"Call Me Adam" chats with playwright Barry Levey about his one-man show Hoaxocaust!, about Barry's unbelievable round the world adventure as he tracks down deniers of the Holocaust from Illinois to Iran, meets engineers and ex-presidents, and dodges a brother in Hungary and a boyfriend back home on a journey to discover the shocking truth.
Hoaxocaust! is part of the 2014 International Fringe Festival's Encore Series playing at Baruch Performing Arts Center (55 Lexington Avenue, entrance on 25th Street) on September 11, 18, 21, and 24. Click here for tickets!
1. Your show, Hoaxocaust!, just finished its initial run in the 2014 NYC Fringe International Theatre Festival and is now being presented in their Encore Series. What excites you about having your show in the Fringe Encore series? Though an experienced playwright, I'm a novice performer, and it took me all 5 Fringe performances to get comfortable being onstage. Our opening night, I think I did our 70 minute show in 59 minutes--without dropping any lines, mind you; just speeding through it like a bullet train. I'm absolutely thrilled for this chance to continue my growth as an actor and keep getting to know our audiences night after night--to be able to really dialogue with them, and share the experience, and not be terrified that I'll lose my place.
2. How do you feel the Fringe Festival helped foster this show in a way another festival might not have? I don't know that I'd ever have been willing to risk being so vulnerable as a first-time writer/performer outside of the Fringe. For that matter, I don't know of any other producing organization that would have offered me the chance!
3. Hoaxocaust!, is a show about those who believe the Holocaust never happened. What made you want to write a show on the non-believers? When I first became aware of Deniers in the news, I was mystified at how these people could possibly exist--what kinds of supposed "facts" they could possibly believe or promulgate that justified their inanity. At first I thought that anything they had to say would be flat-out hysterical. I wasn't prepared to find them quite as terrifying as I did, and as I hope I convey in the piece.
4. What do you hope audiences come away with after seeing Hoaxocaust!? What have been the biggest reactions so far from audiences? I hope people come away from it, first and foremost, entertained. I'm a big believer in the first dictum of "Don't Be Boring." I also hope people feel engaged, like they've been part of a dialogue rather than some one-sided harangue. And I hope they're a little bit scared: of what's out there, and how interrelated but asymmetrical our self-perceptions can be compared to the ways we're perceived, and how difficult it is to choose what past traumas we let define our present-day identities.
5. Who or what inspired you to become a playwright? Pure selfishness. I was better at writing dialogue than I was at anything else, including performing, which I absolutely loved until my voice changed during an ill-timed community theater presentation of Bye Bye Birdie.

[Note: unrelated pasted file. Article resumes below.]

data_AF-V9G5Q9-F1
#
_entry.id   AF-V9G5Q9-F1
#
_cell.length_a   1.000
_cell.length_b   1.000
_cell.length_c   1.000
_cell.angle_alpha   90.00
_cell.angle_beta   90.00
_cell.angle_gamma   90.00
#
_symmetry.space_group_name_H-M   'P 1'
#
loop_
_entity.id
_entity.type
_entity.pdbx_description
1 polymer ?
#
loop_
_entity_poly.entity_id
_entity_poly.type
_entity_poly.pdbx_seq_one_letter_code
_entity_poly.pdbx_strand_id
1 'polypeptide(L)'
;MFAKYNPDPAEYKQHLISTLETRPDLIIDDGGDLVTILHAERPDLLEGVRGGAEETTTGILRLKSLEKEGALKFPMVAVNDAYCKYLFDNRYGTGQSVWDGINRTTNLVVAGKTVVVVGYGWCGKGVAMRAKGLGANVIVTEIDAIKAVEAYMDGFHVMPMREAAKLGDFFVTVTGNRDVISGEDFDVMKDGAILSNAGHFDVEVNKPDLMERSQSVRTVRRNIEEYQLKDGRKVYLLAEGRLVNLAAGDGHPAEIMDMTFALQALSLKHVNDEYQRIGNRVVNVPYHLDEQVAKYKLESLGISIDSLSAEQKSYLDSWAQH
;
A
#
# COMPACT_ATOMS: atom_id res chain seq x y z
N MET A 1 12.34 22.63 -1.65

6. Who do you hope to get to work with in your career? Scott Rudin.
7. What have you learned about yourself from being a playwright? That I'm pretty good at leading people someplace meaningful, but terrible at letting them stay there without undercutting it immediately with a laugh.
8. Favorite way to stay in shape? I love running, but always with music and never with company. And I can't say I've ever done it enough to make it calisthenic, but I love me a kayak. Even after falling into the Hudson on my very first try.
9. Boxers or Briefs? True to my completely ambivalent, Libra spirit, I can truthfully answer: boxer-briefs.
10. If you could have any super power, which one would you choose? Teleportation. It's close with flying, but I figure teleportation gets me most of flying's benefits, with less work and time.
11. If you could be an original Life Saver flavor, which one would you be? I don't know if this would make a good Life Saver, but I have always believed if someone could successfully combine chocolate, peanut butter, mint and coffee into one flavor experience, the world might end from collective gluttony. I've come close to creating this dessert perfection, with a chilled mini peppermint patty coated in peanut butter, but I failed to involve the coffee. Maybe I should have sprinkled grounds on the top? Anyway, it's too late now; I went vegan since that first attempt, and peppermint patties are out.
12. How do you want to be remembered? As a nice guy. A writer's writer. Giver of a pretty good wedding toast.
Barry’s New York productions include HOAXOCAUST! at Theater for the New City and Prospect Theater Company; CRITICAL DARLING at the New Group; ALL THE WAY FROM CHINA at the Gene Frankel; and the short plays YALE LAW SCHOOL (Heideman Award Finalist, Actors Theatre of Louisville) and DOWNEASTER ALEXA at Ars Nova. He is a two-time O’Neill finalist, for CITIZENS OF ROME and WOMAN OF TROY. His work has been developed by the Lark, Arena Stage, Rattlestick, and Williamstown, among others. He is a graduate of Yale College and the MFA program at UC San Diego.